Thursday, January 20, 2011

A Bridge Too Far

Stumler says he wants to run an issues-oriented campaign. One of the issues he’s concerned with is the Ohio River Bridges Project. He says he supports current efforts to make the project smaller and less expensive, but thinks they should go further.

I would kind of like to, say, hold off on the downtown bridge
. Maybe redo part of Spaghetti Junction to make it more drivable, less problems,” he says. “I just don’t know if we should burden ourselves with that much money. It probably, for sure, in the future will be needed. But maybe we should build it and pay for it when it’s needed.” (emphasis in both instances added)

--Newly minted Democratic Mayoral Candidate Irv Stumler, as quoted by WFPL's Gabe Bullard at yesterday's coming out party.

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Those are welcome words as the imbroglio over the Bridges Project enters a new phase. ALL local governments have spoken against the concept of tolling existing bridges as a means of funding the bloated Two Bridges Plan which occupies center stage in the debate.

The larger question is one which Mr. Stumler's answer suggests, "What is the preferred shape of our regional transportation plan, of our footprint on the regional environment for now and for countless years in the future?"

Tolls are a monetary inconvenience and a threat to today's businesses which hope to thrive in a regional economy. By questioning the very need of a Downtown Bridge, Irv Stumler broadens the debate to look at the environmental impact of a second bridge. Taking tolls off the table is a huge step, but it is only the first step, and a small one at that, in right-sizing this over-inflated boondoggle.

Not only will the Downtown Bridge take a scythe to our neighbor's (Jeffersonville) thriving, though-still-nascent riverfront renaissance (please excuse the alliteration). It will also place us regionally on a path which is at odds with responsible environmental stewardship. To look for other paths, as Mr. Stumler has done, is to glimpse the better way for a 21st Century metropolitan area thirsting for cohesion and its attendant benefits.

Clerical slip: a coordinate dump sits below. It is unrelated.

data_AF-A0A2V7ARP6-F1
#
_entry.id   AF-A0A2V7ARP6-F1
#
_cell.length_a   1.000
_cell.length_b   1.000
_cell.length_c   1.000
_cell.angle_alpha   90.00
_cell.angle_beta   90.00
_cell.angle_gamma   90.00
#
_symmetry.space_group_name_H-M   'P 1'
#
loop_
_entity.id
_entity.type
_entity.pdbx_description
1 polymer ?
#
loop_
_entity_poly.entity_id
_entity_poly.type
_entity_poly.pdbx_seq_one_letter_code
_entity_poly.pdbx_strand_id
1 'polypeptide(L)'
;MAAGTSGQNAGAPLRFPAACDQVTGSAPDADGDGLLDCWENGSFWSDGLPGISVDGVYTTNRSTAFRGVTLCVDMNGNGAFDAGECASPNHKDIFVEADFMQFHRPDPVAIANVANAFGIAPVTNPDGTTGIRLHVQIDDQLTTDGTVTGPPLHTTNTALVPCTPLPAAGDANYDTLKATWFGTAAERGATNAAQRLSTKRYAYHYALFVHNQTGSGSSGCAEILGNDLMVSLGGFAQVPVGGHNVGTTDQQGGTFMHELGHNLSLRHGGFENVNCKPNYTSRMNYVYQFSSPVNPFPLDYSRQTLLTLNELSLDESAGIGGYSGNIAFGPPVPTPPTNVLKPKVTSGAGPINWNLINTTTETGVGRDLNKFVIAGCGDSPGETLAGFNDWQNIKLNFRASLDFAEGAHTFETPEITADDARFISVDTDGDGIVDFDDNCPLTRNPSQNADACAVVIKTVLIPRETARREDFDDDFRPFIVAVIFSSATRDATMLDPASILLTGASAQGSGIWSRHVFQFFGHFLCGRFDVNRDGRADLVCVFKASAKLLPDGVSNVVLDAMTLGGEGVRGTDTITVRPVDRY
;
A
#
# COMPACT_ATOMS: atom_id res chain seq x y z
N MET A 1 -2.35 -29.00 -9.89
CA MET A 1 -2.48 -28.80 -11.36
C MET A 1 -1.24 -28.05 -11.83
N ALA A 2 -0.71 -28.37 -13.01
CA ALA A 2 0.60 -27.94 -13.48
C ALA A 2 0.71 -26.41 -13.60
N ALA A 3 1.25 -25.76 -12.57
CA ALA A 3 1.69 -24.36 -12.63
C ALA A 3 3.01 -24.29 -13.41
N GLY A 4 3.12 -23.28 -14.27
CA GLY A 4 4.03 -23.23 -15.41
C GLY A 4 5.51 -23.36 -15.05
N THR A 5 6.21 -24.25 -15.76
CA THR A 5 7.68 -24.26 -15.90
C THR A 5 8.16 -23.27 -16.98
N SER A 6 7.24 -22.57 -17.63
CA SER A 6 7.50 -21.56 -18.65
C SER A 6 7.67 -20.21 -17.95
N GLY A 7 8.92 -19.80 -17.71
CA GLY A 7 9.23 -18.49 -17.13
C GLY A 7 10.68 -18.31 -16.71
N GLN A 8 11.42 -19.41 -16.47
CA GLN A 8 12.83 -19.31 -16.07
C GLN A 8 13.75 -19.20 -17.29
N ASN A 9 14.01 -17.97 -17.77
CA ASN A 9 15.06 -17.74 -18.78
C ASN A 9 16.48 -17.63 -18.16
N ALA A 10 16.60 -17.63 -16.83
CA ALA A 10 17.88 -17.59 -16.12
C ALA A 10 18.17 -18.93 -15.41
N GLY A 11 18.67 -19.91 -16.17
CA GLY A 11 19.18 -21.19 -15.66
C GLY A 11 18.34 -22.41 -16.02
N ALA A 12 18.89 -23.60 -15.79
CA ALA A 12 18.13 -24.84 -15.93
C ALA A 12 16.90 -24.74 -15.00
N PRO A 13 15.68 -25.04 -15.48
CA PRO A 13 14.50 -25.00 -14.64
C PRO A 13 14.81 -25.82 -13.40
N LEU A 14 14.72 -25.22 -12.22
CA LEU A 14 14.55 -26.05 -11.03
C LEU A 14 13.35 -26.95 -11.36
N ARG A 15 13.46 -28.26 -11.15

If the default position is not obeisance to automobile commuting, it must be something else. And that something else is, hopefully, a modern incarnation of the long lost interurban system which thrived (throve is correct but a tad pedantic) here in the pre-war era. The reason this throwback transportation model is, in fact, forward-looking can be summed up in two words--River Ridge. That goose along the Ohio and Highway 62 is perched upon a nest and ready to lay dozens of golden eggs. Those eggs will best be accessed by rail for freight and while we're at it, why not upgrade to a commuter service which can responsibly and efficiently transport workers to the sprawling facility? Such a model of efficient transportation, rational planning, and environmental responsibility, is one step we can take regionally to differentiate our community from the many other communities also hoping to grow their economy. Mr. Stumler's challenge, as stated in the phrase,"we should go further" claims the high ground in this debate.

I'm not a student of military campaigns, but I think a tenet of that school would be to hold the high ground when once you have occupied it. Thank you, Irv Stumler.

Something related to what Mr. Stumler has done is alluded to in an article by author Bill McKibben. In the article reprinted on Truthout, McKibben talks about the intrinsic value of The Commons, that's what Woody Guthrie referred to when he sang, "This land is your land..."

Irv Stumler's comments about the inappropriate Two Bridge plan came to mind when I read McKibben's words,


These things we share are called commons, which simply means they belong to all of us. Commons can be gifts of nature—such as fresh water, wilderness and the airwaves—or the products of social ingenuity like the Internet, parks, artistic traditions, or the public health service. But today much of our common wealth is under threat from those hungry to ruin it or take it over for selfish, private purposes. (emphasis added)

Stumler rightly sees the threat to the commons which the Two Bridge plan represents. I welcome Irv Stumler into the political arena and wholeheartedly pledge to help him fulfill his pledge to stop the Downtown Bridge.